In Allen v TRW Systems (2013 UKEAT 83), TRW agreed a policy with its works council for enhanced redundancy payments. It referred to it in the employee handbook and in letters to the workforce on a number of occasions thereafter.
The fact that the employee contracts themselves made no mention of the payments was not enough to stop them becoming contractual rights for employees. The works council agreement, the express promise in the employee handbook and the subsequent repeated promises in correspondence all added up to a contractual commitment.
This is a reminder that policies can become binding. It is not just contracts of employment which need to be carefully worded.
The owners of a small estate in Surrey visited it once or twice a year. They left it in the management of two caretakers engaged under an agreement that set out various duties and responsibilities for the farm and grounds. There were no fixed hours, but several references in the agreement to 'employment.'
The EAT decided that the fact that the owners did not apply day-to-day control over what the caretakers did was not enough to mean there could be no employment. The test of employment is a combination of many factors. As far as control is concerned, all aspects are relevant and there was a contractual right of control even if there was no day-to-day oversight. (White & Todd v Troutbeck SA 2013 UKEAT 0177.)
Legal advice privilege is the rule which allows a person to withhold legal advice he has received from production in court. The clear policy aim is to allow a person to take legal advice without feeling that he could be prejudiced or compromised later in court proceedings for having done so.
We lawyers and our clients clearly benefit from this rule. But giving legal, or quasi legal, advice is by no means restricted to the traditional legal professions of solicitors, barristers and chartered legal executives. Subject to one or two very limited exceptions, anyone can dispense legal advice, and in some areas, such as tax law, many sophisticated professionals do.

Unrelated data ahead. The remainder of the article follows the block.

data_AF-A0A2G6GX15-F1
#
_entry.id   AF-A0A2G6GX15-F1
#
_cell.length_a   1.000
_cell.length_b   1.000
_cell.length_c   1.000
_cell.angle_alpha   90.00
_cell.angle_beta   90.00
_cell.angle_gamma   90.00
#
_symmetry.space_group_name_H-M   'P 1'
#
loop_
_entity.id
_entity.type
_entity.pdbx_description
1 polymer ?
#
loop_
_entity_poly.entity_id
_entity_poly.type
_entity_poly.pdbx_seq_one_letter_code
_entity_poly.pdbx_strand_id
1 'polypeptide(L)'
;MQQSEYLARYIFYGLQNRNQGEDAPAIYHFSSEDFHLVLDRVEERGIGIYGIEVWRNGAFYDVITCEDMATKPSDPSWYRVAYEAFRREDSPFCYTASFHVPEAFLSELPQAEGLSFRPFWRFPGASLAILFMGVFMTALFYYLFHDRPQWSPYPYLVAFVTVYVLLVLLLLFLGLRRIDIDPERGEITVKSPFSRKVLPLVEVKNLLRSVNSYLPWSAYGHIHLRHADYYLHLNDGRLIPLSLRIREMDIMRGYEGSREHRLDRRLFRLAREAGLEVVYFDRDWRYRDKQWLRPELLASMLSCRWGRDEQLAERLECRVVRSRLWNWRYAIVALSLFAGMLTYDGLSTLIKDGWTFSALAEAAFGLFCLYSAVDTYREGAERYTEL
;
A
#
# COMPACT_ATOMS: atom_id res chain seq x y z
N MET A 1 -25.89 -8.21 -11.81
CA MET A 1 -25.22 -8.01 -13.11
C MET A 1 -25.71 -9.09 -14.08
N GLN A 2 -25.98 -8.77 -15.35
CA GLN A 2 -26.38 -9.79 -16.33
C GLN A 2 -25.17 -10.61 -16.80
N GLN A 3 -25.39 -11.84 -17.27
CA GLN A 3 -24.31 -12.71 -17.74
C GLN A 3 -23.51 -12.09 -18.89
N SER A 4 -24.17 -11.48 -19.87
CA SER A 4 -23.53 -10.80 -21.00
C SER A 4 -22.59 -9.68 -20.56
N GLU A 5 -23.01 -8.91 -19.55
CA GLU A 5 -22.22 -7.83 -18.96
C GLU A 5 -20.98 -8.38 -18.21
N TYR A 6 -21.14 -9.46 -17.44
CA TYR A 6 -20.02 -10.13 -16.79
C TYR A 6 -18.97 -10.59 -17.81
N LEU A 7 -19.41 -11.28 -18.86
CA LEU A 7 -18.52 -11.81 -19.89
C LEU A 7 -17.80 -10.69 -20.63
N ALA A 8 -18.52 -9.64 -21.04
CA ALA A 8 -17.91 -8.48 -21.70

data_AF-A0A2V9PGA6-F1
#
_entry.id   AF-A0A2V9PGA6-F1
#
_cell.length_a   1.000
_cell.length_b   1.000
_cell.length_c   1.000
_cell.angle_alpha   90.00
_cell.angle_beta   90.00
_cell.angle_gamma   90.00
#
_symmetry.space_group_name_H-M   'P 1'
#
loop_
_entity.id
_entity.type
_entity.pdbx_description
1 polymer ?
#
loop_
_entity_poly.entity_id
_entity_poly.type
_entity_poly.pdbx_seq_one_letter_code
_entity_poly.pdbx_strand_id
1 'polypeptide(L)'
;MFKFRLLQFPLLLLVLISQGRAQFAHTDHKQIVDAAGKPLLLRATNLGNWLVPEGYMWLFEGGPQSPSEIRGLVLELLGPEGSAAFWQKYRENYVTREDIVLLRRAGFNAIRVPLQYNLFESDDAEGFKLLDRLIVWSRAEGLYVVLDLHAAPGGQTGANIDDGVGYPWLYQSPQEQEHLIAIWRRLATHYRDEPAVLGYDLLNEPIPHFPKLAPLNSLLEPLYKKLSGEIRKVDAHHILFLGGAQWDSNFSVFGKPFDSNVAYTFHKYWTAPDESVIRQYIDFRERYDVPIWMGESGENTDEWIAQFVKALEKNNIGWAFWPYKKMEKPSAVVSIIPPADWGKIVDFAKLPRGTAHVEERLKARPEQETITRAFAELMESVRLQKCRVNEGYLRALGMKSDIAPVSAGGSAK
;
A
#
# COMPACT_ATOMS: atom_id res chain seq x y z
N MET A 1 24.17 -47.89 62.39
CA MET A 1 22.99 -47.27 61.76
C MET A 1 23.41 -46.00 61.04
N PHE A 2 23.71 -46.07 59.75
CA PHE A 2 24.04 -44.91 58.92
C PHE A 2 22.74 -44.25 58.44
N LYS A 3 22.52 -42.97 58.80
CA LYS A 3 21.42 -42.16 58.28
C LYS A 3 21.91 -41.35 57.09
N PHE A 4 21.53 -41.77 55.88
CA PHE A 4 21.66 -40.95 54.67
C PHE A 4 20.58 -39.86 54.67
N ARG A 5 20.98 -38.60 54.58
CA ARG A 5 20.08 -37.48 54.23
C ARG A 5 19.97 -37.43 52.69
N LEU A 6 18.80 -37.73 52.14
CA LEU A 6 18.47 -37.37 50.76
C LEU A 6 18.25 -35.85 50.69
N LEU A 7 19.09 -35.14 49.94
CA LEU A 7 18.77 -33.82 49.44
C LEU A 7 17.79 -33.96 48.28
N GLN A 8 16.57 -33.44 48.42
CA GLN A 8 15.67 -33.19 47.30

None more so than the major accounting firms, which is what led to Prudential plc claiming legal advice privilege for advice provided by accountants in connection with a tax avoidance scheme.
In a blow for the accountants, the Supreme Court came down on the side of limiting privilege to the traditional legal professions, all the more galling a result for the accountants because the Court was split with two prominent Law Lords disagreeing with the majority view.
The majority of the Court said that broadening the scope of privilege was a matter for Parliament. In the current climate, and with representatives of the Big 4 accounting firms having recently spent a day in front of a Select Committee discussing their role in tax avoidance, now does not seem the likeliest time for Parliament to move on this one. (R (Prudential plc and another) v Special Commissioner of Income Tax and another 2013 UKSC 1.)